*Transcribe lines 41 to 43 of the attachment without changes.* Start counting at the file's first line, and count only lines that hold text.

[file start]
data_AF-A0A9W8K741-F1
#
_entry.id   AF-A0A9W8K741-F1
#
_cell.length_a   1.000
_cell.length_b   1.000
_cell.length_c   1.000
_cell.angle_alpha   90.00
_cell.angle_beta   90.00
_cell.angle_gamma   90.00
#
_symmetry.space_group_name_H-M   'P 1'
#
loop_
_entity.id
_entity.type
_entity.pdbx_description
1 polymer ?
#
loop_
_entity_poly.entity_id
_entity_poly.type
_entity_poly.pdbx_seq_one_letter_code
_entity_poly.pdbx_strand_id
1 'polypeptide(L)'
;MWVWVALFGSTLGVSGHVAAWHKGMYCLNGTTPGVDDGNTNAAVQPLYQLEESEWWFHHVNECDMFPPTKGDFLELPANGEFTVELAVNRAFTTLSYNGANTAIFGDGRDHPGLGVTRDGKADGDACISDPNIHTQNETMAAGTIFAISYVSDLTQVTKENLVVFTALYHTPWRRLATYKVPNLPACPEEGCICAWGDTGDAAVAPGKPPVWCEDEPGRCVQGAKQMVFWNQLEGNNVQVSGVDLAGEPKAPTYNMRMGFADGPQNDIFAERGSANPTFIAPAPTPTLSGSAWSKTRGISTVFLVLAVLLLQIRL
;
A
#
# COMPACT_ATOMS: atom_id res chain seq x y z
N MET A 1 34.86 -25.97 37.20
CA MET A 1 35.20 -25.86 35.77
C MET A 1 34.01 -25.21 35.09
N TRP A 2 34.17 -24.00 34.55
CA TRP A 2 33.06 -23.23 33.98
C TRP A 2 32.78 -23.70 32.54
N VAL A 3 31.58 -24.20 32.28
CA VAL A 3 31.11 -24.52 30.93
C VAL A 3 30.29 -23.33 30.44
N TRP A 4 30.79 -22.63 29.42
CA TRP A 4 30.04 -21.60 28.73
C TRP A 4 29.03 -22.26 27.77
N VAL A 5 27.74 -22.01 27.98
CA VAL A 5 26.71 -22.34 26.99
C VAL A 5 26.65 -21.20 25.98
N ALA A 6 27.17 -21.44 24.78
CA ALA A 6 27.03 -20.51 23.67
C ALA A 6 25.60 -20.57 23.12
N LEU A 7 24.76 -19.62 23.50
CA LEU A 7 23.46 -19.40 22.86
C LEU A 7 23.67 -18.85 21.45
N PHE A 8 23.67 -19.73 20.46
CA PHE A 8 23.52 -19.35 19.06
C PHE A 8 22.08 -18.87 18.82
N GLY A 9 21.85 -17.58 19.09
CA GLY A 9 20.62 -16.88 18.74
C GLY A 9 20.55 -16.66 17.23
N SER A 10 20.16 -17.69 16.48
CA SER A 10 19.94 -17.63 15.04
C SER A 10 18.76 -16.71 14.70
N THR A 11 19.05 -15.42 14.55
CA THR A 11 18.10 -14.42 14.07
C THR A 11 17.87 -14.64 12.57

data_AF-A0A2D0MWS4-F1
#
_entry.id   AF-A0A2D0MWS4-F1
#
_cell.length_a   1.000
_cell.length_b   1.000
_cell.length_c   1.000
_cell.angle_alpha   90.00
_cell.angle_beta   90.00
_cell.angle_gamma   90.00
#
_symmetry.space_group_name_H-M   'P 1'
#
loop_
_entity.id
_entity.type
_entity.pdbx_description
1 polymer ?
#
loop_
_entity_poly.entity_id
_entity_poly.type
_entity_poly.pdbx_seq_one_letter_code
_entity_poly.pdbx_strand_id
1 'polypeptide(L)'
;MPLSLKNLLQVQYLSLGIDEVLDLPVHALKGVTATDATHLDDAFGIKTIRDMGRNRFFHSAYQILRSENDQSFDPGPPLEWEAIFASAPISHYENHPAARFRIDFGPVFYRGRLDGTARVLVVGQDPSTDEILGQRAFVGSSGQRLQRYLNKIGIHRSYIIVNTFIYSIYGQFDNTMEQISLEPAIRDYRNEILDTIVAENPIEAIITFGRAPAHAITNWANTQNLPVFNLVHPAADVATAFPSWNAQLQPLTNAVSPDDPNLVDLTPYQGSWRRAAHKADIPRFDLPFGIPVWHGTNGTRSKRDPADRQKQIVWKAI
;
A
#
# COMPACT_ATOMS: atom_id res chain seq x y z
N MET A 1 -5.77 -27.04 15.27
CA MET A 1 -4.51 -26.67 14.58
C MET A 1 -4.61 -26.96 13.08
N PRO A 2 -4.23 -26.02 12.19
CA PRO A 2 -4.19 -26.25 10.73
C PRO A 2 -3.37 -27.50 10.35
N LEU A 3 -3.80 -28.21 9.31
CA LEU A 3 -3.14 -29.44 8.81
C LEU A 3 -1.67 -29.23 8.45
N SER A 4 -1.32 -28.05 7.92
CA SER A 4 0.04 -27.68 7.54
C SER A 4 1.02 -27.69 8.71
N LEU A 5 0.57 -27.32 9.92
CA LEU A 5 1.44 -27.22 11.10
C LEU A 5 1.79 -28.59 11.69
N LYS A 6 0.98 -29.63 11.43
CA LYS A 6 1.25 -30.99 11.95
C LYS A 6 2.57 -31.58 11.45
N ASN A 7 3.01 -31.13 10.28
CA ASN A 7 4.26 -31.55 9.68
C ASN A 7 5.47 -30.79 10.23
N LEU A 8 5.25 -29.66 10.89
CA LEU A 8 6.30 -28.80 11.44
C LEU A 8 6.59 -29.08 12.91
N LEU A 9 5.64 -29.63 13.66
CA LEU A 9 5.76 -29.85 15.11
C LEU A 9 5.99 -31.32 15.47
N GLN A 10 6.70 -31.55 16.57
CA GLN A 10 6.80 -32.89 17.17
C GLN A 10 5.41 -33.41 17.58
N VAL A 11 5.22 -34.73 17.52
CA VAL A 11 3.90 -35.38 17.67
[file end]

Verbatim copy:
CA TRP A 4 30.04 -21.60 28.73
C TRP A 4 29.03 -22.26 27.77
N VAL A 5 27.74 -22.01 27.98